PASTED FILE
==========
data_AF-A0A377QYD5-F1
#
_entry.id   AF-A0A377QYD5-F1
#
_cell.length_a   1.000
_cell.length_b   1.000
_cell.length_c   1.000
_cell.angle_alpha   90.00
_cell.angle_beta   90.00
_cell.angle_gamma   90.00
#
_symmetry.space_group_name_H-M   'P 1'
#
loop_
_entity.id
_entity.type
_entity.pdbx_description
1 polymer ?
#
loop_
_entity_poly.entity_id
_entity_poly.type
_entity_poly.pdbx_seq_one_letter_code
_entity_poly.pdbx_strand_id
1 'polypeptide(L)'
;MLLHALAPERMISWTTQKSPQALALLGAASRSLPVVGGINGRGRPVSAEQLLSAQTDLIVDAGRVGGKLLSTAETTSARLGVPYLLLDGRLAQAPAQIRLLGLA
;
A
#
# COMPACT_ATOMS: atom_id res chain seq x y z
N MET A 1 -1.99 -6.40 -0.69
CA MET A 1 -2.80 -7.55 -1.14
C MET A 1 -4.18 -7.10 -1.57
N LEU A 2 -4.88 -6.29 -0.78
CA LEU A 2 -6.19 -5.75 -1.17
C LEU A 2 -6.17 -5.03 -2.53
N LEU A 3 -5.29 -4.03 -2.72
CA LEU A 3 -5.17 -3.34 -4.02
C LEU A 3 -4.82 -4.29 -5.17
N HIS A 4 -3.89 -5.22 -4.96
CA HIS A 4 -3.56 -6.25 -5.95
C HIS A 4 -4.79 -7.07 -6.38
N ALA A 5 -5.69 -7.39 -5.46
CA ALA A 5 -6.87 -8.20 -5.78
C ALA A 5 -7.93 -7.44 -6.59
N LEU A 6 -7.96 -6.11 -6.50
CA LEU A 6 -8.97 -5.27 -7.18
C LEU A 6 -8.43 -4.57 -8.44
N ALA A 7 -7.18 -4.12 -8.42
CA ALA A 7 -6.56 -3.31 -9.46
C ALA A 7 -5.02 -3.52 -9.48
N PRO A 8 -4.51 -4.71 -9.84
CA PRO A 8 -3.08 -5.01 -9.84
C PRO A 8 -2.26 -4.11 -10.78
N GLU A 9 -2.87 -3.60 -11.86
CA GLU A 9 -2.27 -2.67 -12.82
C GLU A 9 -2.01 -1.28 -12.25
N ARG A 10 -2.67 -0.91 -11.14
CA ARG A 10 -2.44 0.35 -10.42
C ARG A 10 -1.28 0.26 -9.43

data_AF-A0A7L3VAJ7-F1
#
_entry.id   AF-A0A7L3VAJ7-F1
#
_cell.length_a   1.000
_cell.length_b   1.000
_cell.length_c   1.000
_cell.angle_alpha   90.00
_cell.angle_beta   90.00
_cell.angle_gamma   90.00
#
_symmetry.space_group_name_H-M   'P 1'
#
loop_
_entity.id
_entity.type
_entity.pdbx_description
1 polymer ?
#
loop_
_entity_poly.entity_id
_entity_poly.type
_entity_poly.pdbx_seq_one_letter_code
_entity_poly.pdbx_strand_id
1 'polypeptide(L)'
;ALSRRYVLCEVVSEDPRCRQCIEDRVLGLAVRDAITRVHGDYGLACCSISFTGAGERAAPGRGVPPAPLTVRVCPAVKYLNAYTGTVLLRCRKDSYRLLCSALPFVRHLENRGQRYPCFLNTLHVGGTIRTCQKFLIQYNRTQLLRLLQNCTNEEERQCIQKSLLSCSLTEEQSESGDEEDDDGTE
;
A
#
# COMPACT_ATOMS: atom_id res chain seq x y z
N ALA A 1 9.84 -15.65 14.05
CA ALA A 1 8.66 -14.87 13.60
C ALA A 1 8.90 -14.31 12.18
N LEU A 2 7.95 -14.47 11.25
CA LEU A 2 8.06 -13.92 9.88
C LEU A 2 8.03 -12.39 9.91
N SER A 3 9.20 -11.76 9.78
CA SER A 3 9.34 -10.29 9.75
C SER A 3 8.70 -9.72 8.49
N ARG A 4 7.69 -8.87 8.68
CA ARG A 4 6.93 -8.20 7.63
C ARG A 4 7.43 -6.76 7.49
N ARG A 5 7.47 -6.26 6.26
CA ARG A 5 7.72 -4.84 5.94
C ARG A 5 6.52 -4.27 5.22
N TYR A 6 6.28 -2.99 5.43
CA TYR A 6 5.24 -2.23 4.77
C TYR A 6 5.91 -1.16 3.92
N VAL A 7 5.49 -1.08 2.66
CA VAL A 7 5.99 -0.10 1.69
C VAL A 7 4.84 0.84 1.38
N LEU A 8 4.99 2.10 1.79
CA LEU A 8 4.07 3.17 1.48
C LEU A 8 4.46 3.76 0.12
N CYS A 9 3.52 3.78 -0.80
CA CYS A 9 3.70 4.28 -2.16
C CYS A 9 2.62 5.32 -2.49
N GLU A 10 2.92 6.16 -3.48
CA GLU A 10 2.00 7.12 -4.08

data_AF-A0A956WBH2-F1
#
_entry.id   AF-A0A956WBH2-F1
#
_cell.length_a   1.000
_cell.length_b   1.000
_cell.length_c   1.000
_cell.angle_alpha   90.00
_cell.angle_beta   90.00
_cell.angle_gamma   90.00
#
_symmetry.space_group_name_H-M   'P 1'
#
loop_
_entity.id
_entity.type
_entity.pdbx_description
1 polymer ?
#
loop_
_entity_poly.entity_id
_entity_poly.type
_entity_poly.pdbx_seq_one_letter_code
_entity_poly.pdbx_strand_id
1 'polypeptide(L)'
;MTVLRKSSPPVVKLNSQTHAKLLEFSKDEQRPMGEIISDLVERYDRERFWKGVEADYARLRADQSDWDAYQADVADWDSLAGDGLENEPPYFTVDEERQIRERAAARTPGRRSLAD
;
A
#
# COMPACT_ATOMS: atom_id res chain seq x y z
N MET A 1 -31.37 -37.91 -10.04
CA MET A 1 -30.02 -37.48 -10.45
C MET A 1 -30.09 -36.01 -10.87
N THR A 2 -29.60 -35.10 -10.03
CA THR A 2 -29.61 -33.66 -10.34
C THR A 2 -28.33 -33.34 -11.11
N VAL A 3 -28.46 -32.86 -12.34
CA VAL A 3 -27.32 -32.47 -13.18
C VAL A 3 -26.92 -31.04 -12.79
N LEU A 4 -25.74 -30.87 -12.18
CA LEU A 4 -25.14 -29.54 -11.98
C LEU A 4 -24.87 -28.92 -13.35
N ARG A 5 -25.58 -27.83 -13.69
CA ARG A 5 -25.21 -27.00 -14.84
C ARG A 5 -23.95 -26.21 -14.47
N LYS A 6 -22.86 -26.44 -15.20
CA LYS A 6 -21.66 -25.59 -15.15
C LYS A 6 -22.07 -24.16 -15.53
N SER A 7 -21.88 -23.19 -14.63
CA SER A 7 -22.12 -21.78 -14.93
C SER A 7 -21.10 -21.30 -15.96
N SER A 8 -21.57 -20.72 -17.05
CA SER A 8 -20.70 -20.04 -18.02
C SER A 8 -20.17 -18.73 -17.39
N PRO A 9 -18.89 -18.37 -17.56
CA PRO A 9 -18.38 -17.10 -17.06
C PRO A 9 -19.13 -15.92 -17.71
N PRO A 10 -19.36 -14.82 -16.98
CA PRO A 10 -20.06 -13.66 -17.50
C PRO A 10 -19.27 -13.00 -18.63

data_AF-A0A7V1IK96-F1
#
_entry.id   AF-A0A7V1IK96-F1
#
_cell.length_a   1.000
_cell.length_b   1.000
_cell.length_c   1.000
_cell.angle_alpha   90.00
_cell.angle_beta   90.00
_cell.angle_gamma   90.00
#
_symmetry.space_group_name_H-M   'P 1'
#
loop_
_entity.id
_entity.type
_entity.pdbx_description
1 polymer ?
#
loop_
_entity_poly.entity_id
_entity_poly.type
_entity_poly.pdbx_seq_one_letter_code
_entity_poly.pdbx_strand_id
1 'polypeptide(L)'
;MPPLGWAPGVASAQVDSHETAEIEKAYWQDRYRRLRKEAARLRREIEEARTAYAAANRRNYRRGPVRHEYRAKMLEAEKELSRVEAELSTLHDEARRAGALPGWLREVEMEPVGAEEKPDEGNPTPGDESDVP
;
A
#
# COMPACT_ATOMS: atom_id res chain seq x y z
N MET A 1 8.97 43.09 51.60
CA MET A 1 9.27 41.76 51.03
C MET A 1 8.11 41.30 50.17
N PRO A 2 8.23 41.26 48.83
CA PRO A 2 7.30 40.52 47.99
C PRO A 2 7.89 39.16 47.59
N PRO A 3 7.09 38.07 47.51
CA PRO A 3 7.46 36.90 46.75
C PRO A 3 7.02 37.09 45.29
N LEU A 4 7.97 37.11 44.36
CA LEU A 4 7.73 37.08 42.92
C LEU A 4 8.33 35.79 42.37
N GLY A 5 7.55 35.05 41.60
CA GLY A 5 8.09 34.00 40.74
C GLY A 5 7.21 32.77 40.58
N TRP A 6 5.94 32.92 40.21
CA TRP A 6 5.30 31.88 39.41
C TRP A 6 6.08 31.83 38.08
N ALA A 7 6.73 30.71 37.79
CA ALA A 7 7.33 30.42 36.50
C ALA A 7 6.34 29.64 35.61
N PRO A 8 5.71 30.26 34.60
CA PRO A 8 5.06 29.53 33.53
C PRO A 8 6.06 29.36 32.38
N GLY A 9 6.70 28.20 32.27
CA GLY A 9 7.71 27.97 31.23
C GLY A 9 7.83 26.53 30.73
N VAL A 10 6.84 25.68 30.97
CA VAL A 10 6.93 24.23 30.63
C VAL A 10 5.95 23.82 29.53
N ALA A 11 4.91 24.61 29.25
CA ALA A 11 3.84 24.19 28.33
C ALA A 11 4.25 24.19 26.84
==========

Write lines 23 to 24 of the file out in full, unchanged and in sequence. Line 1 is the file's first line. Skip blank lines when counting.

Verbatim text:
_entity_poly.pdbx_seq_one_letter_code
_entity_poly.pdbx_strand_id